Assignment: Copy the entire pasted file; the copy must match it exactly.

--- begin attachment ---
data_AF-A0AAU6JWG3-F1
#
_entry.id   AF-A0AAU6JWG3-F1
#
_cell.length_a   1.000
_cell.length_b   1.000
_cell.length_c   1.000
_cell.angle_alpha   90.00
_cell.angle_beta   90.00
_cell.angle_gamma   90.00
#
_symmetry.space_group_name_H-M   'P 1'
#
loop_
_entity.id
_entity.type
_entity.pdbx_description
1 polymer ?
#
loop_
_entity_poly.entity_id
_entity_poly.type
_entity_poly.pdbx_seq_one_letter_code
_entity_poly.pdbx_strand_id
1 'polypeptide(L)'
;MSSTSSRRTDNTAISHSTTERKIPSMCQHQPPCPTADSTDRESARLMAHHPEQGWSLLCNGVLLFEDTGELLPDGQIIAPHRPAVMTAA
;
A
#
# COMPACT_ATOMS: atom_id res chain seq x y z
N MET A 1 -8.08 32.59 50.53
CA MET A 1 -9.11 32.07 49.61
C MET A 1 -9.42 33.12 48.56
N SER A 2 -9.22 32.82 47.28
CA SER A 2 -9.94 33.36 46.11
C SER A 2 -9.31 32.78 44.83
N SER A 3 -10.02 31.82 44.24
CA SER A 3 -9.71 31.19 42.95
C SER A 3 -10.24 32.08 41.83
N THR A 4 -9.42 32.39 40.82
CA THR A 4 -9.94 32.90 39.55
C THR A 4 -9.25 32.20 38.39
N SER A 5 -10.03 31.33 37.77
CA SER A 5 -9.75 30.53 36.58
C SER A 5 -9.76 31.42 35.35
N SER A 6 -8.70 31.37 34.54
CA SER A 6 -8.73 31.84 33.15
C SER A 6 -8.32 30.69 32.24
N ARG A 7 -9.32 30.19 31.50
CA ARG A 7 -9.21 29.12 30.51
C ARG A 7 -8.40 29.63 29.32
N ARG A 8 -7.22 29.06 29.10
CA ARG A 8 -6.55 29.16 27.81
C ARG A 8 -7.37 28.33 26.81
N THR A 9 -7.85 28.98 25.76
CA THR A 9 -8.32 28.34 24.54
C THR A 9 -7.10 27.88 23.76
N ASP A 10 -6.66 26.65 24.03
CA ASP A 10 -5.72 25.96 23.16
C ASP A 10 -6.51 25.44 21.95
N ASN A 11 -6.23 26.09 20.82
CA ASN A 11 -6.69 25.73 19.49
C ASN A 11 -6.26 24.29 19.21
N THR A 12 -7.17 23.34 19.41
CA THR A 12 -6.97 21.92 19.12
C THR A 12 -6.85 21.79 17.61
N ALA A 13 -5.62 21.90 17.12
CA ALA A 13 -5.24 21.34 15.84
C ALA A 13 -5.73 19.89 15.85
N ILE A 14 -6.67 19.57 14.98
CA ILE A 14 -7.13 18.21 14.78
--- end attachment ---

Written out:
data_AF-A0AAU6JWG3-F1
#
_entry.id   AF-A0AAU6JWG3-F1
#
_cell.length_a   1.000
_cell.length_b   1.000
_cell.length_c   1.000
_cell.angle_alpha   90.00
_cell.angle_beta   90.00
_cell.angle_gamma   90.00
#
_symmetry.space_group_name_H-M   'P 1'
#
loop_
_entity.id
_entity.type
_entity.pdbx_description
1 polymer ?
#
loop_
_entity_poly.entity_id
_entity_poly.type
_entity_poly.pdbx_seq_one_letter_code
_entity_poly.pdbx_strand_id
1 'polypeptide(L)'
;MSSTSSRRTDNTAISHSTTERKIPSMCQHQPPCPTADSTDRESARLMAHHPEQGWSLLCNGVLLFEDTGELLPDGQIIAPHRPAVMTAA
;
A
#
# COMPACT_ATOMS: atom_id res chain seq x y z
N MET A 1 -8.08 32.59 50.53
CA MET A 1 -9.11 32.07 49.61
C MET A 1 -9.42 33.12 48.56
N SER A 2 -9.22 32.82 47.28
CA SER A 2 -9.94 33.36 46.11
C SER A 2 -9.31 32.78 44.83
N SER A 3 -10.02 31.82 44.24
CA SER A 3 -9.71 31.19 42.95
C SER A 3 -10.24 32.08 41.83
N THR A 4 -9.42 32.39 40.82
CA THR A 4 -9.94 32.90 39.55
C THR A 4 -9.25 32.20 38.39
N SER A 5 -10.03 31.33 37.77
CA SER A 5 -9.75 30.53 36.58
C SER A 5 -9.76 31.42 35.35
N SER A 6 -8.70 31.37 34.54
CA SER A 6 -8.73 31.84 33.15
C SER A 6 -8.32 30.69 32.24
N ARG A 7 -9.32 30.19 31.50
CA ARG A 7 -9.21 29.12 30.51
C ARG A 7 -8.40 29.63 29.32
N ARG A 8 -7.22 29.06 29.10
CA ARG A 8 -6.55 29.16 27.81
C ARG A 8 -7.37 28.33 26.81
N THR A 9 -7.85 28.98 25.76
CA THR A 9 -8.32 28.34 24.54
C THR A 9 -7.10 27.88 23.76
N ASP A 10 -6.66 26.65 24.03
CA ASP A 10 -5.72 25.96 23.16
C ASP A 10 -6.51 25.44 21.95
N ASN A 11 -6.23 26.09 20.82
CA ASN A 11 -6.69 25.73 19.49
C ASN A 11 -6.26 24.29 19.21
N THR A 12 -7.17 23.34 19.41
CA THR A 12 -6.97 21.92 19.12
C THR A 12 -6.85 21.79 17.61
N ALA A 13 -5.62 21.90 17.12
CA ALA A 13 -5.24 21.34 15.84
C ALA A 13 -5.73 19.89 15.85
N ILE A 14 -6.67 19.57 14.98
CA ILE A 14 -7.13 18.21 14.78